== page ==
The right thing

I was recently speaking with a friend who was recounting a conversation with a man in his mid-eighties facing up to the inevitable. Successful in his career, happy in terms of family; yet still he seemed to talk with a sense of regret. All his life he had lived up to expectations – he had done the right thing. Yet, in approaching the end of his life he noted that “he had not done the right thing for himself”.

Most people will of course take the mainstream path and for many it will of course be their choice. A desire to belong, to be loved, to work in a particular field. Gathering qualifications, moving through a career and having a family…or not. However, for many others they fall into jobs, stay in relationships for fear of being alone and have families because it’s what you do. It’s certainly not wrong, can lead to real joy and happiness and of course can be incredibly rewarding. What I fear however is that for a lot of people they become trapped.

I’ve heard many talk of being stuck on the treadmill where debt, family and the inevitable expectations of others prevail. Circumstances do of course make it harder for some to change but I still believe that with courage we can all take steps, however small, to live by our hearts. It’s funny. While there is a significant part of me that hoped that by my late thirties I too may have “settled down” as I currently pedal my way around the globe I’m thankful of my freedom to have been able to make such a decision and even happier that should settling down still happen – and I hope it will – that I have the chance to enter the next phase of my life knowing that I want it to bring joy and opportunity not anotherĀ  never ending run.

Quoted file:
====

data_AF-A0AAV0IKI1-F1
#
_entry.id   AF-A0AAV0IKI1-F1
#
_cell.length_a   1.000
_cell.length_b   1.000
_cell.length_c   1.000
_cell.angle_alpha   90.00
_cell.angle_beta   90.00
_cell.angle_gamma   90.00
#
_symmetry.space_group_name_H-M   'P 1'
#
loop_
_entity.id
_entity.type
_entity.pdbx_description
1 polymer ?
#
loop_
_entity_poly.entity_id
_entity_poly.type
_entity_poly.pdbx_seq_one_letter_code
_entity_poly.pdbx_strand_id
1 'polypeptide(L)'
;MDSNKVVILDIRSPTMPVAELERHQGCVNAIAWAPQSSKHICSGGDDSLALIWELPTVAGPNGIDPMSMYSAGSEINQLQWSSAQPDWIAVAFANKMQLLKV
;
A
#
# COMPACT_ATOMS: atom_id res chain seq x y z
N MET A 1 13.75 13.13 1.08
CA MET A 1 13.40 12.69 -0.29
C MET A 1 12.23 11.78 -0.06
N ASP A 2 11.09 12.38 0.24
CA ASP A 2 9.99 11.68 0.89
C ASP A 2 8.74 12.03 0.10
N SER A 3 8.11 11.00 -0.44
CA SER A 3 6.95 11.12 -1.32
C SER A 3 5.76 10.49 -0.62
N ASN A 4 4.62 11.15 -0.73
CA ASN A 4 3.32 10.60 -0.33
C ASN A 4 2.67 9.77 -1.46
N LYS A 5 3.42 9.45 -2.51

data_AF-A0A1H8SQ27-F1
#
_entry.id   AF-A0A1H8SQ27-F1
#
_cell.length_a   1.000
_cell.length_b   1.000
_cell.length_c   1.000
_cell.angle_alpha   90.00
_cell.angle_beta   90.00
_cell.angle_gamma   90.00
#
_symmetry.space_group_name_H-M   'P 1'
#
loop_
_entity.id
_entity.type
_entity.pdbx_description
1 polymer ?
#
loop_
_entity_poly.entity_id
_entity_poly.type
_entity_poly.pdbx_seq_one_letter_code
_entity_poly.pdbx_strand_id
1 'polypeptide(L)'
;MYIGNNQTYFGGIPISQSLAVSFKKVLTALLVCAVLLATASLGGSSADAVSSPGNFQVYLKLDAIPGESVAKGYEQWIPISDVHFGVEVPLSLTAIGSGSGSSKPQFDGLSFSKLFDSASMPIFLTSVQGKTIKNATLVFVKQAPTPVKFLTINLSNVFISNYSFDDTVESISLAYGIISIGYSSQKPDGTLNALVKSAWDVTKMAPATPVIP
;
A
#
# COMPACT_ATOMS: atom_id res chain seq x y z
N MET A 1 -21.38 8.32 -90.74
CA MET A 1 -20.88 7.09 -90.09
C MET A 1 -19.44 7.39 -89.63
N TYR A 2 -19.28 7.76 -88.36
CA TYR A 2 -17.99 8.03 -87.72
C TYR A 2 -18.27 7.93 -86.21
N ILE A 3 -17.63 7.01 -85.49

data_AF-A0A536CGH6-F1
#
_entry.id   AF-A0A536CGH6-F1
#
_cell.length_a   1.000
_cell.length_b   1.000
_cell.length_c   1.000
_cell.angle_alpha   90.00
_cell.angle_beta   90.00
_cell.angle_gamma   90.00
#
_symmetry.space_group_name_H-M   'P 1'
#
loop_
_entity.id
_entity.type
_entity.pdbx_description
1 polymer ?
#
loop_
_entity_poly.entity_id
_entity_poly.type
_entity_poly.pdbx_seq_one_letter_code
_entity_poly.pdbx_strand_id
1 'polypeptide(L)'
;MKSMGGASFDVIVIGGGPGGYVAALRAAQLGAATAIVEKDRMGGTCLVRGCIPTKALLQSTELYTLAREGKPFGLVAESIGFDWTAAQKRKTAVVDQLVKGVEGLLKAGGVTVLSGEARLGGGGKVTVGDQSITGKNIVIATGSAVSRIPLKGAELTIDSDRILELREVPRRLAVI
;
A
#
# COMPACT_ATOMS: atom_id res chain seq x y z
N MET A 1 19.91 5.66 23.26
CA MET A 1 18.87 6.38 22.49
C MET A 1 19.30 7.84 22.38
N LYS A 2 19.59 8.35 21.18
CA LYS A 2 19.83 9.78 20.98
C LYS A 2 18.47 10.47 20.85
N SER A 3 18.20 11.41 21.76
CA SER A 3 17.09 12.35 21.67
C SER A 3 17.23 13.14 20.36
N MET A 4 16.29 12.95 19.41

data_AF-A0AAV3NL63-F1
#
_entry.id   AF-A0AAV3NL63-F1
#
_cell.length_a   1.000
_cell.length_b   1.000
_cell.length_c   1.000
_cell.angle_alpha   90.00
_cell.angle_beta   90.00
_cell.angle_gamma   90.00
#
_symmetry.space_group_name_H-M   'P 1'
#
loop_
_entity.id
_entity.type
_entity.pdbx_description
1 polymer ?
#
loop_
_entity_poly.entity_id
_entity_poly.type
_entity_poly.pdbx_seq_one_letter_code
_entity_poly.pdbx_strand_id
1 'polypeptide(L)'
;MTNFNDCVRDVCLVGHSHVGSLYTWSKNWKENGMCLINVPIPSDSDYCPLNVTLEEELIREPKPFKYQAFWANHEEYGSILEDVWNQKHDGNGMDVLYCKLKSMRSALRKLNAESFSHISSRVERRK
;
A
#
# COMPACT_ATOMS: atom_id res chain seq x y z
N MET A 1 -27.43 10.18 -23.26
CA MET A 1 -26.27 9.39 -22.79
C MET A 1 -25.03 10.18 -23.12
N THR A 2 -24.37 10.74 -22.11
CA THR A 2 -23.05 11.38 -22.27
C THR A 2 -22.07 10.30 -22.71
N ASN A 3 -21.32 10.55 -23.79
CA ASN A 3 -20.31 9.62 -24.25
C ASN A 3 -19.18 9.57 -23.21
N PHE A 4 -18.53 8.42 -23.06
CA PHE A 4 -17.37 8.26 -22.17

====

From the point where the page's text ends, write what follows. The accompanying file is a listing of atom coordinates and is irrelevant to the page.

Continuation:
Making active decisions to turn down promotion, develop new work choices later in life, move on from “ok” relationships or live according to dreams and passions can often take a tough decision or an unexpected jolt from the norm, breakup or redundancy, for example. With these changes it we appear much more able to then look at what we really want. It seems a shame to me however that we wait. We wait for things to get really bad. We wait for others to make decisions on our behalf. I have also been there.

Back in 2012 I remember reading an article in The Guardian called “The five regrets of the dying”. Reviewing a book written by a former care nurse, Brownie Ware, the write up listed these top regrets following a series of conversations. Here they are, in reverse order:

5. I wish that I had let myself be happier
4. I wish I had stayed in touch with my friends
3. I wish I’d had the courage to express my feelings
2. I wish I hadn’t worked so hard
1. I wish I’d had the courage to live a life true to myself, not the life others expected of me.

Remember, there’s nothing wrong with settling down but there is something not right about just settling. The right thing has to be right for you too. Life is too short for regret.